|*Jean Arthur not included.|
Longfellow Deeds is the eponymous character in Frank Capra's 1936 picture Mr. Deeds Goes to Town, in which an unassuming guy from the picturesque burg of Mandrake Falls inherits a fortune from a distant uncle in New York. When he arrives in the city, Mr. Deeds is besieged by all manner of spongers and opportunists out to turn a profit at the expense of the rube cynically dubbed the "Cinderella Man." Far from being a small-town dullard, however, Longfellow Deeds is a quirky mix of pragmatism and eccentricity. Put simply, he's the sort of fellow who will insist on hearing the treasurer's report before allowing the Opera committee to make a decision on funding, but on the other hand will slide down the banister of his staircase, chase after firetrucks in hopes of helping to put out a fire, and play his tuba in order to concentrate.
Such personality quirks are an essential part of the reason why I identify with the character like I do. Just as Longfellow's tuba-playing is cited as evidence of his being "pixilated", I too have a few unconscious tics that manifest themselves when I am thinking about something (these habits were once mistaken for symptoms of autism when I was a kid). Another aspect of Longfellow's personality to which I can relate quite well is the fact that he is no suave lady-killer -- the slightest attention from a pretty girl causes him to act like a big dope. This is most perfectly illustrated by a scene wherein Deeds, following a successful date with girl reporter Babe Bennett (played memorably by the inimitable Jean Arthur), is so excited that he runs down the street at full speed, only to crash headlong into a garbage can. Undeterred, he gets right back up and charges around the corner (at which point we hear him plow into another trash can as the scene fades out). It's precisely the same sort of oafish thing I would probably do (if I ever had occasion to, anyway). Along similar lines, I can't help but appreciate his seemingly out-of-place sense of chivalry -- specifically, Longfellow dreams of rescuing a lady in distress. I don't know that I've ever held such romantic delusions, but I can certainly understand the sentiment.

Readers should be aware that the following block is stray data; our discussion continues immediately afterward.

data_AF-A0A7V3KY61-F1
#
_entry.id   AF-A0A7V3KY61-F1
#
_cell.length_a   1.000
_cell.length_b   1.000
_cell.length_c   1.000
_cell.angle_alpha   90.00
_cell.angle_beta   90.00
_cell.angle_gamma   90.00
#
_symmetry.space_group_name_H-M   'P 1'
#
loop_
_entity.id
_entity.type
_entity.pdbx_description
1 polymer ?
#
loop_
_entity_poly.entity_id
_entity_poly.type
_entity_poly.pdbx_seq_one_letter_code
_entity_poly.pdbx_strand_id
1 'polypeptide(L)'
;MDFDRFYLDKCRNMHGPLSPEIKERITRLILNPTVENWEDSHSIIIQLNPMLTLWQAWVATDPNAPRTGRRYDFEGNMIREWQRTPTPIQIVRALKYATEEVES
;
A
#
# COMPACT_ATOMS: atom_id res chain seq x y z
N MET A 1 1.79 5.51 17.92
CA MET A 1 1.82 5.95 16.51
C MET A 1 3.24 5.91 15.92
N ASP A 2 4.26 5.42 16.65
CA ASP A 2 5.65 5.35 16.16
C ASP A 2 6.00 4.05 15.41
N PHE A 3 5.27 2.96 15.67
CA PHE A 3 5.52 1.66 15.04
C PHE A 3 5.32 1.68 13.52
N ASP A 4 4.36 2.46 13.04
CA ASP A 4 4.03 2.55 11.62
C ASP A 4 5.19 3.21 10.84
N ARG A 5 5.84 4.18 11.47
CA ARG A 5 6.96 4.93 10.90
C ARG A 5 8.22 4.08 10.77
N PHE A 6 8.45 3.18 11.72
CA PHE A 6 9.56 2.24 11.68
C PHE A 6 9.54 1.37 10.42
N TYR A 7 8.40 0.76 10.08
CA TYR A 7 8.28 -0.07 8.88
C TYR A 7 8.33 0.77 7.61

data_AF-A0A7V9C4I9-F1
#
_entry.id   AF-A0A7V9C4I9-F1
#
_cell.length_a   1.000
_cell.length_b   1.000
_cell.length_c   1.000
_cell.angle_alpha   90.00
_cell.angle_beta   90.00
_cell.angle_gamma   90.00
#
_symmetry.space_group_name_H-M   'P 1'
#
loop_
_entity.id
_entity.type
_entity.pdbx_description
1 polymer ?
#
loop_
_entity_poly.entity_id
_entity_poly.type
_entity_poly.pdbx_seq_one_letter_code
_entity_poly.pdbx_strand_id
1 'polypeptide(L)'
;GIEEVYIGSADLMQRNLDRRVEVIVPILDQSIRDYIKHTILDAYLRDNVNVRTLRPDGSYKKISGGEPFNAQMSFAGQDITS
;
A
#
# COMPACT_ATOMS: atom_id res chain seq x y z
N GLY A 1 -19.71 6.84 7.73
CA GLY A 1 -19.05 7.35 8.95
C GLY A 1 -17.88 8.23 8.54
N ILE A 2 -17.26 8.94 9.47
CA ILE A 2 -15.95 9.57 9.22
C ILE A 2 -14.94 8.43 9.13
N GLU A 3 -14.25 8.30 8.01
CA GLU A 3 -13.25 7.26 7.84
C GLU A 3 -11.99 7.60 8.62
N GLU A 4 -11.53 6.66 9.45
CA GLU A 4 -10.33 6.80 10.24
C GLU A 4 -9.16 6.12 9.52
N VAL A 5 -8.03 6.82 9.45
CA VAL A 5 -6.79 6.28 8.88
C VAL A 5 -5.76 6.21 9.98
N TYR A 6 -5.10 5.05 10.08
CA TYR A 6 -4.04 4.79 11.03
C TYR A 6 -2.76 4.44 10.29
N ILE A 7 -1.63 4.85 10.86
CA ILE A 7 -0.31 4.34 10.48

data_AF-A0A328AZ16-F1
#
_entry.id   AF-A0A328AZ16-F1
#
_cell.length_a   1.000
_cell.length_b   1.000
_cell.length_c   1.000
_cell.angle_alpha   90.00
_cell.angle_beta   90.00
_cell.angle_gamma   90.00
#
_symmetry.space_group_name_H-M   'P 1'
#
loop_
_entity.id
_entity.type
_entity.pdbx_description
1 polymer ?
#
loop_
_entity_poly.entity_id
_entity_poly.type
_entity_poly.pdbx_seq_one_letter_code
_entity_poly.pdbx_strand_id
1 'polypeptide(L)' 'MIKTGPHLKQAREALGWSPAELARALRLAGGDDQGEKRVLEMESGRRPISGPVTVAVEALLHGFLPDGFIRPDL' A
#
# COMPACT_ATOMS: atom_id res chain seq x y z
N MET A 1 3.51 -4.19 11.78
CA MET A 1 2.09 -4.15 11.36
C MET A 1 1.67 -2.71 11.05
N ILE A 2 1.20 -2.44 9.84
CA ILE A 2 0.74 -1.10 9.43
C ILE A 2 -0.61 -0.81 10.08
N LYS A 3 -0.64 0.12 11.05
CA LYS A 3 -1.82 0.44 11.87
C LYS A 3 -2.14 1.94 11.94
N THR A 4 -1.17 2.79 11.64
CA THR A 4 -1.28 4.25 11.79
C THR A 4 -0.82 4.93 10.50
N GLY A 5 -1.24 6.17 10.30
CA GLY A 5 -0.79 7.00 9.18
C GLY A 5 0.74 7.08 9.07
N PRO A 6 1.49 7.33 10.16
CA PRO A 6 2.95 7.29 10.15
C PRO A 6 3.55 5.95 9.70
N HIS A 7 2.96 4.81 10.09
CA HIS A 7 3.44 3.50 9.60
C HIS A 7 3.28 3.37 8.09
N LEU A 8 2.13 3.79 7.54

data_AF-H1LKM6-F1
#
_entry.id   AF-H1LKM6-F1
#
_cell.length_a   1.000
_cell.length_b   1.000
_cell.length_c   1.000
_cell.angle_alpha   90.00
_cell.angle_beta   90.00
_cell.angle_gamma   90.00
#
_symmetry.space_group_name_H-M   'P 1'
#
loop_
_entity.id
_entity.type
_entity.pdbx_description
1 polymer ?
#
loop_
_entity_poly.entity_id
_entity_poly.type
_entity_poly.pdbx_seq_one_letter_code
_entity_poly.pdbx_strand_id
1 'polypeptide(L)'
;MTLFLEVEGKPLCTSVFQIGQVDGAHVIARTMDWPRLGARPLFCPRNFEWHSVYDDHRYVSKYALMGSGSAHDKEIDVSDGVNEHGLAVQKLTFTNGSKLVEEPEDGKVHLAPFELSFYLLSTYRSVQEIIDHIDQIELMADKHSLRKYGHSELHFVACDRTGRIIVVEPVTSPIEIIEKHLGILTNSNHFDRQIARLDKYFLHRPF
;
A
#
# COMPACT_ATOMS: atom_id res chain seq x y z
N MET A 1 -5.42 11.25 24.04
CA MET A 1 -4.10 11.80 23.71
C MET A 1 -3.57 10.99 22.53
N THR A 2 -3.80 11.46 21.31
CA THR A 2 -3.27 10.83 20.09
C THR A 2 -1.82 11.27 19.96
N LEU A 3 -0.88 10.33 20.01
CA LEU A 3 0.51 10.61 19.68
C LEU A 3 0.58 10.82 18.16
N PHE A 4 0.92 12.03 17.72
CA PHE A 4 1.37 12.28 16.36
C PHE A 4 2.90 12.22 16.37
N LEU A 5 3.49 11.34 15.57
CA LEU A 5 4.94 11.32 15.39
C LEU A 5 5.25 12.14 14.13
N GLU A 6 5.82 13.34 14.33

As Longfellow Deeds, Gary Cooper nailed the "average schmuck" angle so perfectly that it allowed him to virtually reinvent his screen persona. Previously primarily a dashing hero of western and adventure pictures, Cooper came, in the wake of Mr. Deeds, to typify the everyman protagonist (not that he wouldn't return to the Western hero well a few times in his career). Indeed, he and director Frank Capra reunited five years later for a similarly-themed film entitled Meet John Doe. To make a tired point, it's virtually impossible not to like Longfellow Deeds as Gary Cooper portrays him, and it's very nearly as difficult not to identify with him in a least some way. Even if Gary Cooper hadn't brought him to life so perfectly, the character of Longfellow Deeds would still be an agreeable one -- I find it hard not to like a guy who has a left hook like Jake LaMotta and yet plays the tuba to help himself think.